Leading means creating a shed culture and values, communicating goals to employees throughout the organizations and infusing employees with the desire to perform at a high level. Leading involves motivating entire department, divisions as well as those individuals working immediately with the managers.

An era of uncertainty, international competition and diversity of the workforce, the ability to shape culture, communicate goals and motivate employees is critical to business success.

(d) Coordination and Control:

In the words of Terry, “Coordination deals with the task of lending efforts in order to ensure a successful attainment of an objective, coordinating refers to balancing, timing and integrating activities in organization, so that a unity of action in pursuit of a common purpose achieved”.

Coordination in the supervisor and those for whom he is responsible. The personnel department has to coordinate the task of developing, interpreting and reviewing personnel policies, practices, and programmes such as safety programmes, employee benefits, job evaluation, training, development and communication.

These activities are generally put into operation by and through the line people; but it is the personnel department which follows them through, unifies them and checks to see how they work.

Control is the managerial function concerned with regulating activities in accordance with personnel plan which in turn was formulated on the basis of analysis on fundamental organizational goals. Controlling is the act of checking, regulating and verifying whether everything occurs in conformity with the plan that has been adopted, the instructions issued and the principles established.

It is the course and getting location reports; rather than it is steering the ship. By check, analysis, and review, the personnel department assist in realising the personnel objectives, auditing, training programme, analysing labour turnover records, directing morale surveys, conducting separation interviews, interviewing new employees, comparing various features of the programme with other organization programme.

This monitoring process provides management with actual performance information for comparison with free determined performance standards, if there are unavoidable deviations from the planned performance, corrective actions can be taken immediately.

Management must ensure that the organization is moving towards its goals. New trends towards empowerment and trust of employees have led many companies to place less emphasis on top down control and more emphasis on training employees to monitor and correct themselves.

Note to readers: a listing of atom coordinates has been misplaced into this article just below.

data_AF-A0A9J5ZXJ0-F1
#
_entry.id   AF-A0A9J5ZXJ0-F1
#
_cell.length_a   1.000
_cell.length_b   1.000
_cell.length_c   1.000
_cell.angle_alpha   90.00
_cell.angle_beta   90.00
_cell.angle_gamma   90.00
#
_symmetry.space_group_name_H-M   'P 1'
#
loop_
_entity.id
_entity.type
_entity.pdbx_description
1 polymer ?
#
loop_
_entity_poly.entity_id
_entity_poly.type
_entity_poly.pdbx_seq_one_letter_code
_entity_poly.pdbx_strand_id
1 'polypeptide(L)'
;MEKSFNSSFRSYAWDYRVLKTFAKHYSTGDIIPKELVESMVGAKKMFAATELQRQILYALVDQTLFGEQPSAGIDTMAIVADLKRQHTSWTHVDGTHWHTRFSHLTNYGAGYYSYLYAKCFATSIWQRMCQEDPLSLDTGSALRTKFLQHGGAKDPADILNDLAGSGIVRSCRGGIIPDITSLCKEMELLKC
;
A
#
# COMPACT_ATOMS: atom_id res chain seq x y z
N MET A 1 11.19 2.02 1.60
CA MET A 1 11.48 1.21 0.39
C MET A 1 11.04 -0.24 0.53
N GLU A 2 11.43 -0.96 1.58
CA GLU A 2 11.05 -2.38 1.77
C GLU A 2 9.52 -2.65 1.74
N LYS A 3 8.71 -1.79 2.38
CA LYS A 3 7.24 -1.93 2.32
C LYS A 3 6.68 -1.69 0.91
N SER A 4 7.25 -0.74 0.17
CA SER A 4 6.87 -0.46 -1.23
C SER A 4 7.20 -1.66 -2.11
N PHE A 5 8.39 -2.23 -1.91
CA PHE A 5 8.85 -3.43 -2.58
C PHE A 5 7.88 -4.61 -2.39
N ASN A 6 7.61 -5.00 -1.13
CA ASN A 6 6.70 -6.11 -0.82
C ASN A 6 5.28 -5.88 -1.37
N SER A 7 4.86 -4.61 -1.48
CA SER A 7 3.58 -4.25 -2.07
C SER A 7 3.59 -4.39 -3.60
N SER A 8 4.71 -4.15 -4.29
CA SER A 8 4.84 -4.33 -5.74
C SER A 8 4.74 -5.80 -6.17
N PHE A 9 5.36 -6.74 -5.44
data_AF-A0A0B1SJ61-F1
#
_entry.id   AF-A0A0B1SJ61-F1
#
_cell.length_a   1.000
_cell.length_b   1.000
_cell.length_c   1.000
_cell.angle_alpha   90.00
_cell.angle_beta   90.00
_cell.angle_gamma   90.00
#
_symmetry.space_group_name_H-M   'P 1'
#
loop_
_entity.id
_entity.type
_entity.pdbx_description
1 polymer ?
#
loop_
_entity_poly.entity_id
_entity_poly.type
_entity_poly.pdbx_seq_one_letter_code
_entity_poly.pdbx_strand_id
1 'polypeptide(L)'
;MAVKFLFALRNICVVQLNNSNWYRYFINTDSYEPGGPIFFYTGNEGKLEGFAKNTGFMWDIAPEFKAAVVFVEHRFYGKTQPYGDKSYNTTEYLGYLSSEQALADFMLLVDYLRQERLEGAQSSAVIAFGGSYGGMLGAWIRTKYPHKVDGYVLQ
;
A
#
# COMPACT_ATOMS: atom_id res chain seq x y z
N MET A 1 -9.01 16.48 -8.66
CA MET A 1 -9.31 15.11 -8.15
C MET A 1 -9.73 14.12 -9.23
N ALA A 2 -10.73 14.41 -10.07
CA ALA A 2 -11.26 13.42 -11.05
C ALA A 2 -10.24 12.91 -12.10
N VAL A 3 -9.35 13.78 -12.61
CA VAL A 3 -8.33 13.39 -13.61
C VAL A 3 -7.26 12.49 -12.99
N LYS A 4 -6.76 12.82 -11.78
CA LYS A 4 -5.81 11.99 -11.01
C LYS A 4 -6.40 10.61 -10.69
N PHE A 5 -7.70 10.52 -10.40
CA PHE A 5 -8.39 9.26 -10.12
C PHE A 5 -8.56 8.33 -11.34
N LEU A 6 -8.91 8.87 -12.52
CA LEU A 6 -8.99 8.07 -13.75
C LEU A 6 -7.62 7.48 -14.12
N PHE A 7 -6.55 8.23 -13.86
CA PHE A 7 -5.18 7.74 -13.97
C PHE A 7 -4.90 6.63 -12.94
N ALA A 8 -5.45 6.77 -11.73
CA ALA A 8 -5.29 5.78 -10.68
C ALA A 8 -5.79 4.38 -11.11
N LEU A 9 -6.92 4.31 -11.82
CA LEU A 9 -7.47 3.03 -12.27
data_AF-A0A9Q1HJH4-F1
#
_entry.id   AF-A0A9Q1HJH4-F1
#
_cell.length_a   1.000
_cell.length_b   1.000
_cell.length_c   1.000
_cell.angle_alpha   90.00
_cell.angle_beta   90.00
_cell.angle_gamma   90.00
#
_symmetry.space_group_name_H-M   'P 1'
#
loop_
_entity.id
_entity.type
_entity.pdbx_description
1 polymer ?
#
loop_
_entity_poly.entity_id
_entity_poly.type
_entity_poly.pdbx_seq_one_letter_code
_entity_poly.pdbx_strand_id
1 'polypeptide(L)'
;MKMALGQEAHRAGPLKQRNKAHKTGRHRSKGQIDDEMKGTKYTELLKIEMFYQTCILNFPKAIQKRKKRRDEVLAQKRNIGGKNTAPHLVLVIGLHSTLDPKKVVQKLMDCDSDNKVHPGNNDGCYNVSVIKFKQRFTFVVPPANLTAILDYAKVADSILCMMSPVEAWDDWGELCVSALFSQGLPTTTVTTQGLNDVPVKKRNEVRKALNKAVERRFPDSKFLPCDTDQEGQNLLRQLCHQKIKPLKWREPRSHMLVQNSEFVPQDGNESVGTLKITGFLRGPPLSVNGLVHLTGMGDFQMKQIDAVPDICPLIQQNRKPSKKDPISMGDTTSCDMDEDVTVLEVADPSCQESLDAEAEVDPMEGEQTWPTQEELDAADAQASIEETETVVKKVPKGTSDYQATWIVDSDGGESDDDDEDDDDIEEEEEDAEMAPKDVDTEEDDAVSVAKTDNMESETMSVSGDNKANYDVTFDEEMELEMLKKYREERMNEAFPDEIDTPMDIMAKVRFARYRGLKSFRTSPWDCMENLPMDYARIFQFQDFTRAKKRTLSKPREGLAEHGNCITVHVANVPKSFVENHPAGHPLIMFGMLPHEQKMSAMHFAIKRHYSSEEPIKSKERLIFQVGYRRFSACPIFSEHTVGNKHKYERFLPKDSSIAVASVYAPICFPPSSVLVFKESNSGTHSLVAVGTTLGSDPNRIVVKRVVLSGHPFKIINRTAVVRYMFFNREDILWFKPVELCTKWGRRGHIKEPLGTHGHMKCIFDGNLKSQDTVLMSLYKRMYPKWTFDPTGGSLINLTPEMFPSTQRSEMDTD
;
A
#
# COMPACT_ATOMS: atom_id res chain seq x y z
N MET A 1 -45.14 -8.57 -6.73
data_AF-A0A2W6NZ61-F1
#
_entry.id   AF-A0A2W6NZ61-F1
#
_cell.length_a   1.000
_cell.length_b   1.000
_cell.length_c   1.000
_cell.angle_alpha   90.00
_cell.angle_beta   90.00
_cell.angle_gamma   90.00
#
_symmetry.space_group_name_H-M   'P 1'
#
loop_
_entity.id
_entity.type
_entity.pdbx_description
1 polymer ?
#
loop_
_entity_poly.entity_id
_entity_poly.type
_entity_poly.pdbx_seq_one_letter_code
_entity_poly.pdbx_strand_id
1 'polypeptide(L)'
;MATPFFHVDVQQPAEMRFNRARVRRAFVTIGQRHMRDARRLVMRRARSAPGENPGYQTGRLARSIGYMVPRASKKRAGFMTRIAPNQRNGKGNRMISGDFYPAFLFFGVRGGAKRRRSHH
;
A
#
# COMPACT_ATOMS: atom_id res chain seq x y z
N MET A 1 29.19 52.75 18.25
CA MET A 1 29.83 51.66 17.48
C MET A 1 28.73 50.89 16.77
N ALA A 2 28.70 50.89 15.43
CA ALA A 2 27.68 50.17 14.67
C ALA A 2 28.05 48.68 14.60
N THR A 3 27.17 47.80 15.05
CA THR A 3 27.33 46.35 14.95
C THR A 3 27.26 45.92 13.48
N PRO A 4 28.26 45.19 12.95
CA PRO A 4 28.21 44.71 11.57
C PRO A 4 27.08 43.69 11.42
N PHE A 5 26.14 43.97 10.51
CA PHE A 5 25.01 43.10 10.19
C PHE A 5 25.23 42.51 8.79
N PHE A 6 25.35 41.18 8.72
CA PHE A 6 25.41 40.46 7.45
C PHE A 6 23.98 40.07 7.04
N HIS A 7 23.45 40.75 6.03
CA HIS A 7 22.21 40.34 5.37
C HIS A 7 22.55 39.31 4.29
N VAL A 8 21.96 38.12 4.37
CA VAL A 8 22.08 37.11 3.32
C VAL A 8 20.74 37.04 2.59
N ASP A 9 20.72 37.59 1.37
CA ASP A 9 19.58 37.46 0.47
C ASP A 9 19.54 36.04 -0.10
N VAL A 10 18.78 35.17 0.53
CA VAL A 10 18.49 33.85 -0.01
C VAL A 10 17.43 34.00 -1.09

For example, at ISS (International Service System), the Danish company, grew from a local office cleaning contractor to Billion Multinational Business, the entire control system is built on the belief that people at all levels will make the right decisions if they are provided with appropriate information. Frontline employees are thoroughly trained to measure their own performance against company standards and make corrections as needed.

2. Operating Functions of Personnel Management:

An operative is the one who has no authority over others but has been given a specific task or duty to perform under managerial supervision. The operative functions of personnel management are concerned with the activities dealing with procuring, developing, compensating, integrating, maintaining, and separating an efficient workforce. These functions are also known as service functions.

(a) Procurement:

The first operative function of personnel management is procurement. It is concerned with procuring and employing people who possess necessary skill, knowledge and aptitude. Under its purview, you have job analysis, manpower planning, recruitment, selection, placement, induction and internal mobility.

(i) Job Analysis- It is a systematic exploration of the activities within a job. It is a basic technical procedure, one that is used to define the duties, responsibilities and accountabilities of a job.